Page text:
Taken together, we may observe a rural community whose conscious and unconscious actions in choosing the wording of gravestone inscriptions betrays some of their central ideas and concerns about how they perceive the workings of intra-family power and organisation, and indeed what constitutes the a family in the first place. Essentially, these ideas reflect the position of the father as head of the family, with wives and children taking up secondary roles. The concept of the family structure itself is clearly defined as a nuclear, linear unit where uncles, aunts, and various in-laws, or ‘external relations’ are accorded commemoration, but in a position inferior to that of the perceived head of the family and its core of ‘internal relations’, as viewed by the commissioning individual. From the beginning of the 20th century, we see a slow democratisation entering, but not eclipsing, this view of the traditional family structure with predeceased wives being accorded the primary position within the inscriptions.
While the study of decorative motifs, either alone or in combination, allows us a glimpse at how individuals saw themselves within their communities, I would argue that an examination of non-chronological ordering within inscriptions presents us with a similar view into local society. Simultaneously, this approach allows us to examine something that other avenues of research are largely unable to: how individual families saw themselves and how they understood their internal organisation and power structures. While this trend towards non-chronological ordering of the inscription is a very minor element of the corpus as a whole, it still warrants further investigation to establish its wider temporal and physical distribution.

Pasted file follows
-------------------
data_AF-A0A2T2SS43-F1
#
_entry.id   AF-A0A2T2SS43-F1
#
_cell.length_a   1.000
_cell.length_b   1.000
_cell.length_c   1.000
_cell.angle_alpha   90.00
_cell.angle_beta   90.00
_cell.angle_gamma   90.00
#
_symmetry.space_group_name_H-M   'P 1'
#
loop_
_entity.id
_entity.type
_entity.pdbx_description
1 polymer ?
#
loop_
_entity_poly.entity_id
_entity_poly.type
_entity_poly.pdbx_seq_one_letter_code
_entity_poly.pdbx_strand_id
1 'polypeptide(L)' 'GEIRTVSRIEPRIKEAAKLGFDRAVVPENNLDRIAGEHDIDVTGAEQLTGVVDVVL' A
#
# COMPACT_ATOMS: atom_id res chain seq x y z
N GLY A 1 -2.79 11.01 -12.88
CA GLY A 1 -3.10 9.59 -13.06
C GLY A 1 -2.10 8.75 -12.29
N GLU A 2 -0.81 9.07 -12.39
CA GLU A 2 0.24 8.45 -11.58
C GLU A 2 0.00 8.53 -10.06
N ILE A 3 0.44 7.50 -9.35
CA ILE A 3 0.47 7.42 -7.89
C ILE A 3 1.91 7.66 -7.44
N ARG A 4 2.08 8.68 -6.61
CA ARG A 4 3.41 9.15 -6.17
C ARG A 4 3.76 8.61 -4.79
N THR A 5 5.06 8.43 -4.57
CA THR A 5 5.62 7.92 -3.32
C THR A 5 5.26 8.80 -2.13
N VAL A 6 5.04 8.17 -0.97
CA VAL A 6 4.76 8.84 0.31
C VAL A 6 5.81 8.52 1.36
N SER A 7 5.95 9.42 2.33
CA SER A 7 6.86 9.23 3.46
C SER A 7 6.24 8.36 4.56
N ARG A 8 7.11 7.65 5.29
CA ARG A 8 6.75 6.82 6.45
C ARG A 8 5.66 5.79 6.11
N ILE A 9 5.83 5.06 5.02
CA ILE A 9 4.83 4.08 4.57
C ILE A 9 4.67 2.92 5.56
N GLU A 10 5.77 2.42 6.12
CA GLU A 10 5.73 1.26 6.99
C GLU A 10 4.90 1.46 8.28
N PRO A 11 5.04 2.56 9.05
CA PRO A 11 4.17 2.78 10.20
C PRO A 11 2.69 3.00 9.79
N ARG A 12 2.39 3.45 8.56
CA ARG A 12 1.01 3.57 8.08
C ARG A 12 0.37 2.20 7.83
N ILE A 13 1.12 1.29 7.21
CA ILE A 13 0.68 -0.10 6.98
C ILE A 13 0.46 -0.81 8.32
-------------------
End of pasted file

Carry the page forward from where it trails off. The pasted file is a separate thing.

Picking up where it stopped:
Chapple, R. M. 1995 The Church of Prayers: gravestone inscriptions from the graveyard of Killora, Craughwell, Co. Galway. Galway.
Chapple, R. M. 1997 Cillogcillín: gravestone inscriptions from the graveyard of Killogilleen, Craughwell, Co. Galway. Galway.
Chapple, R. M. 2000 ‘A statistical analysis and preliminary classification of gravestones from Craughwell, Co. Galway’ in Journal of the Galway Archaeological and Historical Society Vol. 52, pp. 155-71.
Grogan, E. 1998 ‘Eighteenth century headstones and the stonemason tradition in county Wicklow: the work of Dennis Cullen of Monaseed’ Wicklow archaeology and history 1, 41-63.
Longfield, A. K. 1974 Some Irish churchyard sculpture. Ballycotton.
McCormick, F. 1983 ‘The symbols of death and the tomb of John Forster in Tydavnet, Co. Monaghan’ Clogher Record xi, 273-286.
Mytum, H. 1996 ‘Graveyard survey: a preliminary report on Clonmacnoise’ in IAPA Newsletter. No. 22, 12 - 14.
Smith, D. A. 1993 ‘Humble stones: a study of four monumental masons’ Ulster Folklife 39, 73-80.
Walton, J. C. 1980 ‘Pictorial decoration on east Waterford tombstones’ Decies 14, 67-83.
Plate 1. Overview of Killora church
Plate 2. Overview of Killogilleen church
Plate 3. IHS monogram with cross
Plate 4. JHS monogram
Plate 6. The omega memento mori symbol forming the cross-bar of the ‘H’ in the IHS monogram.
Plate 7. An inverted omega symbol forming the cross-bar of the ‘H’ in the IHS monogram.
Plate 8. Heart symbol with puncture wounds
Plate 9. Inverted heart symbol
Plate 10. Inverted heart symbol
Plate 11. Christ displaying heart
Plate 12a-d. Resurrection narrative showing skull and cross-bones, Archangel Gabriel with a trumpet, a set of scales and a rosette. Overview and details.